This note disclosure is not required for section 1A companies, but it is required under FRS102. There are a lot of small companies out there that are doing weird and wonderful things and they have significant estimates in those. So, if you are involved with any of those type of companies where they are doing something unusual and they are doing something where there is a significant estimate, even though that note is not strictly acquired, it probably is relevant for giving a true and fair view and in that case, it is required.

Disclosure in the Notes Relating to Uncertainty

Ensure that, where relevant, you are meeting all of the disclosure requirements around things like uncertainty so you know where you are recognising a provision. For example, have a look at the requirements in FRS 102 for recognising that provision and make sure you are meeting those disclosure requirements.

Conclusion

Estimates play a vital role in the preparation of financial statements, impacting various areas such as deferred tax, revenue recognition, going concern, and intangible assets. Accountants must exercise professional judgment and carefully consider the company's specific circumstances when making these estimates. By doing so, they can help ensure that financial statements provide a true and fair view of the company's financial position and performance, ultimately benefiting all stakeholders involved.

If you require assistance or advice in relation to any of the above matters, please contact our team on 053 91 000 00 or email [email protected].

The contents of this article are meant as a guide only and are not a substitute for professional advice. The authors accept no responsibility for any action taken, or refrained from, as a result of the material contained in this document. Specific advice should be obtained before acting or refraining from acting, in connection with the matters dealt with in this article.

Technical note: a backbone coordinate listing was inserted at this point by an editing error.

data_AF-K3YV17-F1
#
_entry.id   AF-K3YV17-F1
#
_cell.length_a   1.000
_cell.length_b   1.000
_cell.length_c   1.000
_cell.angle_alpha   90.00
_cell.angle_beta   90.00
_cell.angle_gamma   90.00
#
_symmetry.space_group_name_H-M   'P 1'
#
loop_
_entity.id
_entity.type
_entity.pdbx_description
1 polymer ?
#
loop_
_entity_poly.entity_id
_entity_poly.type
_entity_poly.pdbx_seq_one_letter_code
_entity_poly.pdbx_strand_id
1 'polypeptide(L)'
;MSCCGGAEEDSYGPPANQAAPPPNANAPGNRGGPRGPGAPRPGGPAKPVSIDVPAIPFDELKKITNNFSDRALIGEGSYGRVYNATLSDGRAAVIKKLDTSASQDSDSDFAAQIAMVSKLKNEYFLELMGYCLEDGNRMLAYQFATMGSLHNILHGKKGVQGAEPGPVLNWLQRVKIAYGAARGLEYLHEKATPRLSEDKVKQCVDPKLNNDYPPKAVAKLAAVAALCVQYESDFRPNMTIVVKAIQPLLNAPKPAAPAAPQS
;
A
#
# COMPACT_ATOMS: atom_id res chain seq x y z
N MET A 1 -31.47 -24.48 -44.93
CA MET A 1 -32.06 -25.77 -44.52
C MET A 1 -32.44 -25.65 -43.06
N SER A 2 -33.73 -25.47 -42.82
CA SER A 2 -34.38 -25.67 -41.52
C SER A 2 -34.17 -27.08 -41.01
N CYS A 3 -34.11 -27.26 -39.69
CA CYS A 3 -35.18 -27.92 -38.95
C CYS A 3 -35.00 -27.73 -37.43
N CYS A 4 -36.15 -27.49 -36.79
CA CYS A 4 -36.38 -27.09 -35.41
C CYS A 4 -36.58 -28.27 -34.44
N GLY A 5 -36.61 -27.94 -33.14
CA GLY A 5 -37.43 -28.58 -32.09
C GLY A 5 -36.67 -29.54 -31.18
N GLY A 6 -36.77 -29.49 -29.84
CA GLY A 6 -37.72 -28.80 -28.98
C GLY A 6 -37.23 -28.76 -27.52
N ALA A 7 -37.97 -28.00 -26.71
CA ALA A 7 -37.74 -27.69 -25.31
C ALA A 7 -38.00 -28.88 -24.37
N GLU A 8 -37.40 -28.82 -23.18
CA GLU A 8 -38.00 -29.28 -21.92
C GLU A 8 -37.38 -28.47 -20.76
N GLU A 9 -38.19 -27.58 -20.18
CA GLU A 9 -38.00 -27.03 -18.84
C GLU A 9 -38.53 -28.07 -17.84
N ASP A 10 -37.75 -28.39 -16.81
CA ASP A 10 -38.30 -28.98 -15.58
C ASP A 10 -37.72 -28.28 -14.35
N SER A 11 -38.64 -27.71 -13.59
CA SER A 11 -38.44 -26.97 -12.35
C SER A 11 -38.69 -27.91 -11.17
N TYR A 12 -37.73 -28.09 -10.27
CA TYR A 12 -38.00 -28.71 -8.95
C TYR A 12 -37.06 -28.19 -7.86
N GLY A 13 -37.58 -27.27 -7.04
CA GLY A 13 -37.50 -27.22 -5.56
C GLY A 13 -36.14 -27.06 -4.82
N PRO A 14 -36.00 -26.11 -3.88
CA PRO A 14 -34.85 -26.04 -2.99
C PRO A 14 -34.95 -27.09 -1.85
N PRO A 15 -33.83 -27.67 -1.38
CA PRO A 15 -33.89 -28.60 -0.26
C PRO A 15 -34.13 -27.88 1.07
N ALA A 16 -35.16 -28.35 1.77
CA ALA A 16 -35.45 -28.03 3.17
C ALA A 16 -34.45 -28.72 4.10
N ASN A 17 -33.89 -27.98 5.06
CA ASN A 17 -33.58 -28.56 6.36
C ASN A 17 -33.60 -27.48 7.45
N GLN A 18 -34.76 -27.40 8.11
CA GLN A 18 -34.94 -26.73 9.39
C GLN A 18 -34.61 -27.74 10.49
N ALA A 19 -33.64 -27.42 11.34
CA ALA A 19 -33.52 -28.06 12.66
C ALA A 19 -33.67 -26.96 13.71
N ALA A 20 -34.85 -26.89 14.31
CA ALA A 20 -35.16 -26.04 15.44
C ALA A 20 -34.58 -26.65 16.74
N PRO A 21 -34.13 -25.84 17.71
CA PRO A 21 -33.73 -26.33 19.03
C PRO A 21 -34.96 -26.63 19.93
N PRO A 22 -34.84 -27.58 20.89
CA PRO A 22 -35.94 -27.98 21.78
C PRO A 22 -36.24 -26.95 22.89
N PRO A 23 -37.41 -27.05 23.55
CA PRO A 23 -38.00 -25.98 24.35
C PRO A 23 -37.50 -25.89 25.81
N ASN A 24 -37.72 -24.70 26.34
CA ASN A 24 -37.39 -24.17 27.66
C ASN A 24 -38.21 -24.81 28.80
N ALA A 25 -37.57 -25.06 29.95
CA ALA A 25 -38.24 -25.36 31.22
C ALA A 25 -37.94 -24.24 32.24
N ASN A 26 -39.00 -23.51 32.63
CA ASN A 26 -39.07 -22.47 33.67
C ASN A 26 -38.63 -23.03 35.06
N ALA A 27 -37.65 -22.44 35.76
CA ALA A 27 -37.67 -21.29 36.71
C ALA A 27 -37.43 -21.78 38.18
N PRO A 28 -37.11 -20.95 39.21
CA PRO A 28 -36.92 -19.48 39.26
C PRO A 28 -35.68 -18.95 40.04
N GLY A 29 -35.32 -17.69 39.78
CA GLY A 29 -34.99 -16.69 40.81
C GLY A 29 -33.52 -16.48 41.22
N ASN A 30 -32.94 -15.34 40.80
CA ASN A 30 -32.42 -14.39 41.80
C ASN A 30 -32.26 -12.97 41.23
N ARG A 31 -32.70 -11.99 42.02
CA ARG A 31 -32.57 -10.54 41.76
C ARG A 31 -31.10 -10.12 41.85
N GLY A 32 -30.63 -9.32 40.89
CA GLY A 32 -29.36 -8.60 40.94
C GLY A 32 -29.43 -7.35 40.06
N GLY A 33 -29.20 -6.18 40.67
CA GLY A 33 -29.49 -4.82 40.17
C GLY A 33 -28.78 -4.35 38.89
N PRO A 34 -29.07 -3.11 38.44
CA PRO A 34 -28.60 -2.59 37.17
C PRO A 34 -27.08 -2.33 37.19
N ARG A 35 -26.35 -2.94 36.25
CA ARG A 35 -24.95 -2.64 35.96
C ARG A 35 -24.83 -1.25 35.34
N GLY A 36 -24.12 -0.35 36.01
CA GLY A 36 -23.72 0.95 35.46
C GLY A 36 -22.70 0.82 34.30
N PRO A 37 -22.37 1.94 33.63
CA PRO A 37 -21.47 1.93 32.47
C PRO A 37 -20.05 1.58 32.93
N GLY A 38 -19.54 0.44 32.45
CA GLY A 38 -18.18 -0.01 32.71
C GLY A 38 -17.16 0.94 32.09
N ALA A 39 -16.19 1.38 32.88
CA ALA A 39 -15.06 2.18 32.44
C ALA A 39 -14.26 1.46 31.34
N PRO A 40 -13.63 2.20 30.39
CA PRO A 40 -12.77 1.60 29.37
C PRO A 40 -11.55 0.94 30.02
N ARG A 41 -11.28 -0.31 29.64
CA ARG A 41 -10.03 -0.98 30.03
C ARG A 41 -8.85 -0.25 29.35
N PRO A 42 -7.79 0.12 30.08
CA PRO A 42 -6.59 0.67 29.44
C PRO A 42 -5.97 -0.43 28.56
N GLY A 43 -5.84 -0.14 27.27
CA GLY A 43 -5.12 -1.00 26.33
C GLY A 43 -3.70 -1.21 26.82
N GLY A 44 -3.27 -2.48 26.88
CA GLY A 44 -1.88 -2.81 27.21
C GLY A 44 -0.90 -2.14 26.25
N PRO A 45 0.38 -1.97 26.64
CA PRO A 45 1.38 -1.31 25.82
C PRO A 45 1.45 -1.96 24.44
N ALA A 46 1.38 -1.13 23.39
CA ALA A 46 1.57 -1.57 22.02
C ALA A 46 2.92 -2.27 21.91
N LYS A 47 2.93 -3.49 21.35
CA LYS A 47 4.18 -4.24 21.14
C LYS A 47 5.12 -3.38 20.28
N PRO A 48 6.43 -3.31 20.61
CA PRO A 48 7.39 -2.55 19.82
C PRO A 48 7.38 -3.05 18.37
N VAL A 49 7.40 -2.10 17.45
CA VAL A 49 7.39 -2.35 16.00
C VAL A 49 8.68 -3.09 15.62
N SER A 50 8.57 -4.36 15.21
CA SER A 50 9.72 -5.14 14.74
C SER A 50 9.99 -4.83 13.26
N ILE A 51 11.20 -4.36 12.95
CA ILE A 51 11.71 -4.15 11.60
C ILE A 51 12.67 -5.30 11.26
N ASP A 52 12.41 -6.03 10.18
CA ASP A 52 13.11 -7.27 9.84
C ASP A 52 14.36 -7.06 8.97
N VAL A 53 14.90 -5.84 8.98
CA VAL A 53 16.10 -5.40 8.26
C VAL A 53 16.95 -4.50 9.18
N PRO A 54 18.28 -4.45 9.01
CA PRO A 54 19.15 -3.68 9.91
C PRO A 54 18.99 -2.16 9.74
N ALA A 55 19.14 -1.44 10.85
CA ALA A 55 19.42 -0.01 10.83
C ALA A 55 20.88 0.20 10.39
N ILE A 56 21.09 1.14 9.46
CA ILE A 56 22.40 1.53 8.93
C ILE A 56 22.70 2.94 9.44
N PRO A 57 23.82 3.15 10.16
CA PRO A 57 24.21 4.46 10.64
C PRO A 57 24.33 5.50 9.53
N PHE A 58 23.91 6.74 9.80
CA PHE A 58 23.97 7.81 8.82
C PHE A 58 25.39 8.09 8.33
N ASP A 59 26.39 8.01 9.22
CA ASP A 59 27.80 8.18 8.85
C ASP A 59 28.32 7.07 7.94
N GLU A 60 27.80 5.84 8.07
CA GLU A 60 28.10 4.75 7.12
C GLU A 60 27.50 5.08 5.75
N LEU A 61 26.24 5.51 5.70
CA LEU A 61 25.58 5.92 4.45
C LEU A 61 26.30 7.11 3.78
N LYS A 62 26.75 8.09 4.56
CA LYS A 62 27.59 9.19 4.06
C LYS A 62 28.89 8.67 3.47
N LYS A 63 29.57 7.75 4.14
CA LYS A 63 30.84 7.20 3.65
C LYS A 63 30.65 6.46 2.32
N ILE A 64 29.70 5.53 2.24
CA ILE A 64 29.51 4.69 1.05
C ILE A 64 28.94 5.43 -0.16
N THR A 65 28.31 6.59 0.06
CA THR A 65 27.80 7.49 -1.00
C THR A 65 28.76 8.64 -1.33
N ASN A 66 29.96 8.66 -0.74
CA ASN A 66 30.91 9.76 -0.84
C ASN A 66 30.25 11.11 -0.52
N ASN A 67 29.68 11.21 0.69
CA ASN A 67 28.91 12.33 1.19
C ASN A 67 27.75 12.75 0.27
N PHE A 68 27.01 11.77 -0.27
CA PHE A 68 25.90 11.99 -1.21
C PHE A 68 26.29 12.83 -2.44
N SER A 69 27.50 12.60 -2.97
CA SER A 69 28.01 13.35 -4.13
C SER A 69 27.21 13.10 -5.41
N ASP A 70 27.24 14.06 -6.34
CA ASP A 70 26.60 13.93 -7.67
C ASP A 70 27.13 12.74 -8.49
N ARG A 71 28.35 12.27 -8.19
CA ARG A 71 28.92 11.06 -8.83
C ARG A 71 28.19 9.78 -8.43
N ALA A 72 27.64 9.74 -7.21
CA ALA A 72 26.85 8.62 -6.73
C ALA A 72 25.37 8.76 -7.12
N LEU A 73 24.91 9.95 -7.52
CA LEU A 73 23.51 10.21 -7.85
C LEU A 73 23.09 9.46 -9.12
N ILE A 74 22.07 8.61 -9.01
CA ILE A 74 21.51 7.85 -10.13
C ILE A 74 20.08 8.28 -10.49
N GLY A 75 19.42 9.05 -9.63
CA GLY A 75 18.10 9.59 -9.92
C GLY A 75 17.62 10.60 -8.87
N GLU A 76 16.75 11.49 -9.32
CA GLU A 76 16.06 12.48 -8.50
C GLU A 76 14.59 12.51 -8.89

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About the Author

As a member of our Practice Support team, Lindsay’s focus is on helping practices achieve on-going best practice compliance, providing in-house training, technical assistance, and file reviews. Lindsay is a member of the South African Institute of Chartered Accountants and Chartered Accountants Ireland. She trained with KPMG in Johannesburg and specialised in external audit of financial services companies. She then spent six years lecturing audit and financial reporting to under-grad and post-grad students at Rhodes University in South Africa before moving to Ireland and returning to practice in a small, and then a medium sized firm where she was an audit manager. Altogether, she has over six years external audit experience along with over six years academic experience specialising in Audit and Financial Accounting. She is passionate about combining her academic and practice backgrounds to provide technical information in a useful and practical way. Outside of her accounting qualifications Lindsay holds a PGDiploma in Higher Education from Rhodes University and graduated with distinction from the MBA course at Trinity College Dublin. She is currently working towards a Diploma in Forensic Accounting through Chartered Accountants Ireland.